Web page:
Most Hong Kong people see waste management as a headache, while in the eyes of some architects and innovators, it poses great opportunities.
Bank of America Merrill Lynch estimated the market potential with waste management to be up to US$2 trillion by 2020 as waste output was forecast to double between 2005 and 2025.
The investment bank pointed out that 70% of global waste will eventually be dumped to landfills and only 20% to 30% will be recycled. For example, China’s urban waste drastically increased from 30 million tons in 1980 to 210 million tons in 2010, a big jump of 7 times in 30 years. There is huge demand for industrial waste treatment, waste to energy, waste water and sewage treatment, recycling, and their related engineering and consultancy services.
The United Nations Environment Programme also pointed out that the waste is a gold mine. For example, a ton of old mobile phones contain gold that is 65 times of the same weight of ore. Europe is now developing waste disposal treatment in full swing, and we shall not underestimate the market demand in Asia and South America.
Turning incinerator into ski field
Take incinerating waste as an example, it has been hampered by the availability of sites for locating the incinerator and past proposals of sites have met great resistance from local communities. The further development of existing landfills also met great resentment from the neighbourhood. Therefore it is essential that the government has a long-term plan concerning land use, so as to locate these away from urban areas and yet keep the cost of transporting the waste within an acceptable level.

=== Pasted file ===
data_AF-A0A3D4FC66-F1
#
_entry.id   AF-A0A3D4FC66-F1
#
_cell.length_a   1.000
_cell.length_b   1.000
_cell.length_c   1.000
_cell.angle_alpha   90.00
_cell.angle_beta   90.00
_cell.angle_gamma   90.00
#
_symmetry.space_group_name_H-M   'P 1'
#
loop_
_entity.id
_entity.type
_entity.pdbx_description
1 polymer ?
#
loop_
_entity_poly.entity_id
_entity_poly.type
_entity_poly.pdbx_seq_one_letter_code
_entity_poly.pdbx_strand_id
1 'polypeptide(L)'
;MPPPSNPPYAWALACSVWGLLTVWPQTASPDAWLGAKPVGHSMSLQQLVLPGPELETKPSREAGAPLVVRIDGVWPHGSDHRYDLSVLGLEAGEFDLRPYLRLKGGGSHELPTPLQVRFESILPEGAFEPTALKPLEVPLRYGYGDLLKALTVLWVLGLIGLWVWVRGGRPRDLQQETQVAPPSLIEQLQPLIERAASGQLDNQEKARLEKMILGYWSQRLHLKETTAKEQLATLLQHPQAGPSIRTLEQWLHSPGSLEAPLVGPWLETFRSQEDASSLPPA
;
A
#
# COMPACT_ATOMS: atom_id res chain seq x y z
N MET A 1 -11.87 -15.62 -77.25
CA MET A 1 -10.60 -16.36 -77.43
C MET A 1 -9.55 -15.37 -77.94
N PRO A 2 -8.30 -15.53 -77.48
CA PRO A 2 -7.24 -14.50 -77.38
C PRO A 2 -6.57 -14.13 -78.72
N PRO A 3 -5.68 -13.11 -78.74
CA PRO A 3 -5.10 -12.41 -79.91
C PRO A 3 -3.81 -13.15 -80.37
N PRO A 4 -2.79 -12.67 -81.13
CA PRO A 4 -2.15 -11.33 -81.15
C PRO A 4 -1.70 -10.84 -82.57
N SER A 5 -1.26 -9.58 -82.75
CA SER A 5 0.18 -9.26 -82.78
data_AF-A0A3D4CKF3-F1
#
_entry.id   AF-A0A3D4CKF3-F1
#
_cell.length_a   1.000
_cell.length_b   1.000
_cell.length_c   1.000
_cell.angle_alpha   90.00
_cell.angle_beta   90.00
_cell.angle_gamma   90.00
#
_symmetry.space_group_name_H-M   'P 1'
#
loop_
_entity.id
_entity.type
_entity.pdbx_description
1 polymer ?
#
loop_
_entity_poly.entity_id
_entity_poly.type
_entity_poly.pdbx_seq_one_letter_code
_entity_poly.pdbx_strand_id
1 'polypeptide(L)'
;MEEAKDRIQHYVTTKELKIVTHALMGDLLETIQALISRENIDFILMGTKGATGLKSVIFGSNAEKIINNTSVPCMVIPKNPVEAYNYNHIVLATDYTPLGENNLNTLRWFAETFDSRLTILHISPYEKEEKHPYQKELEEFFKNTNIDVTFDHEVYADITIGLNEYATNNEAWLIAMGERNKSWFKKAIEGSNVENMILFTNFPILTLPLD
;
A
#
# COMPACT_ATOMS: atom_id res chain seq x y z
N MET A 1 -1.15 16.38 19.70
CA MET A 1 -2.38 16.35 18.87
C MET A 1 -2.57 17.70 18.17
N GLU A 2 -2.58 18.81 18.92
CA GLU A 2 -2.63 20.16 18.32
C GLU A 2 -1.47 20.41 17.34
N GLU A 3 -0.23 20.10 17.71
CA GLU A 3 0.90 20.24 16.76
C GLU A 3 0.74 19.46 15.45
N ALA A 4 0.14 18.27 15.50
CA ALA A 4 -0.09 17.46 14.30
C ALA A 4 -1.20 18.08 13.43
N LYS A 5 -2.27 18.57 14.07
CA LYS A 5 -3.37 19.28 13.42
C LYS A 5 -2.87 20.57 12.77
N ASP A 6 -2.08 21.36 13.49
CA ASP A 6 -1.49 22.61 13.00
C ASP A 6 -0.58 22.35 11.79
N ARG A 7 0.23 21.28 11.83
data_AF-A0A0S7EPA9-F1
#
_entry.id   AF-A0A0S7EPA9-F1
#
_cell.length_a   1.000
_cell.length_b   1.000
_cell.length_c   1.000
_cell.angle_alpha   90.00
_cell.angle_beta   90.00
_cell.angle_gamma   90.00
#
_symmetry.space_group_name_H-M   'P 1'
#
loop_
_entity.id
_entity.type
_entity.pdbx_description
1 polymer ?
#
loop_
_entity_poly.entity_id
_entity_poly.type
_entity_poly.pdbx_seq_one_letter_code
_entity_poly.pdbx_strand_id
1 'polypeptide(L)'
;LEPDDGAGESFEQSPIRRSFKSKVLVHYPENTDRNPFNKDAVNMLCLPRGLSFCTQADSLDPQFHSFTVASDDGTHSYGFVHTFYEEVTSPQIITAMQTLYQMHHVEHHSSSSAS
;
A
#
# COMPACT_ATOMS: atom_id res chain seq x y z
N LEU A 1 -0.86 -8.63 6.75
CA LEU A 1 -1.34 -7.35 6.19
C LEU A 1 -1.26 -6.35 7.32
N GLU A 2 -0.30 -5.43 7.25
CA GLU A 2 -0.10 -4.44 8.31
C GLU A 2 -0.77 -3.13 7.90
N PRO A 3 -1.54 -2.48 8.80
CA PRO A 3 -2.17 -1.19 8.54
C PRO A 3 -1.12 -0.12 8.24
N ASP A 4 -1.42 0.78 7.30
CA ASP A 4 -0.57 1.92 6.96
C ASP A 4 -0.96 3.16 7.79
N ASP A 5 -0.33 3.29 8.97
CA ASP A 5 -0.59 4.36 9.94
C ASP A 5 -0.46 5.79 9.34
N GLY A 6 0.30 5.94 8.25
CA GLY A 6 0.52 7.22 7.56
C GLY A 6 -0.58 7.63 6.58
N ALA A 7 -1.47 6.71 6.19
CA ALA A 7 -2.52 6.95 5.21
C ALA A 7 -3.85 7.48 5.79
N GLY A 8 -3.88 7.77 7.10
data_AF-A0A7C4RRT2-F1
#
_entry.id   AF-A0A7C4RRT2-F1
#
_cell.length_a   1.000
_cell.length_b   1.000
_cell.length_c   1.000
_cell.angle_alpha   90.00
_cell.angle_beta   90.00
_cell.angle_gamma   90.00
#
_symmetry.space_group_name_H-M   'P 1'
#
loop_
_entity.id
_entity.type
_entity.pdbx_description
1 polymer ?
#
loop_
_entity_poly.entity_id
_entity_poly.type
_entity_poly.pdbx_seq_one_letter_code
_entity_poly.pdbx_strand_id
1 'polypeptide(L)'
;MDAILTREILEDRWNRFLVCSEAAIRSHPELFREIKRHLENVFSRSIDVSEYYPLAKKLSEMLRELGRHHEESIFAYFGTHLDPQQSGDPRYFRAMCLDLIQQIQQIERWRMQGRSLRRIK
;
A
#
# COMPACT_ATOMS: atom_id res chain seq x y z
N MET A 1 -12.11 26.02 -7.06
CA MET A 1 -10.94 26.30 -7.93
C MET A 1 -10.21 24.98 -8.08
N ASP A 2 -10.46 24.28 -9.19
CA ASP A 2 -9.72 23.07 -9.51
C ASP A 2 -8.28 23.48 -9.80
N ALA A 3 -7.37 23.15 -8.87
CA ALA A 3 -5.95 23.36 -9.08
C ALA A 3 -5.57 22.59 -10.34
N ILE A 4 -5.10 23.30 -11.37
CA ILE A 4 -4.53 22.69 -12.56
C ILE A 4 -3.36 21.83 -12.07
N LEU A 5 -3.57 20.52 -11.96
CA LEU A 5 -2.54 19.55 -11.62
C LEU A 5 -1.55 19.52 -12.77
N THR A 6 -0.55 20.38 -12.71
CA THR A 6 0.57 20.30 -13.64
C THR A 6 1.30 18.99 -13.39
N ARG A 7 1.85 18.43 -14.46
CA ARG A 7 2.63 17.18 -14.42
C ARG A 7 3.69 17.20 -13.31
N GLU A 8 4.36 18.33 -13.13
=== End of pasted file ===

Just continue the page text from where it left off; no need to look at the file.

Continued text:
If landfills and waste disposal methods utilise the latest technology and are properly managed, then they can be accepted close to urban areas. As such, we can have more space for amenity use.
For inspiration, we may look to a Danish example which showcases a combination of ingenious technology and innovative architecture in waste management.
In Denmark, only 4% of the waste will be dumped in landfills. More than half of the waste is incinerated, while the remaining amount will be recycled. The Amager Bakke incinerator in Copenhagen, opened March this year, is also an artificial ski field. The 440 meters piste, with four different types of slope for skiing, has made the incinerator an architectural landmark as well as a leisure facility.
At the same time, it will produce heat for 160,000 households and electricity for 62,500 residences; it generates 1/4 more electricity than the old incinerators. The plant utilises 100% of the fuel (waste) energy content with an electrical efficiency rate of 28%, it reduces sulphur emissions by 99.5%, and minimizes NOx emissions to a tenth, compared to the former plant. The NOx-reduction is enabled due to a flue gas cleaning technology. With these, the plant can be located just five kilometres from the Copenhagen Town Hall Square!
Hong Kong is also troubled by the waste disposal problem and the landfills are about to overflow. I sincerely hope that the local innovators and technology workers, especially young people, will spend more time and effort to tackle such a global issue in pursuit of a brighter future for society and for themselves!
Dr. Winnie Tang
Honorary Professor, Department of Computer Science, The University of Hong Kong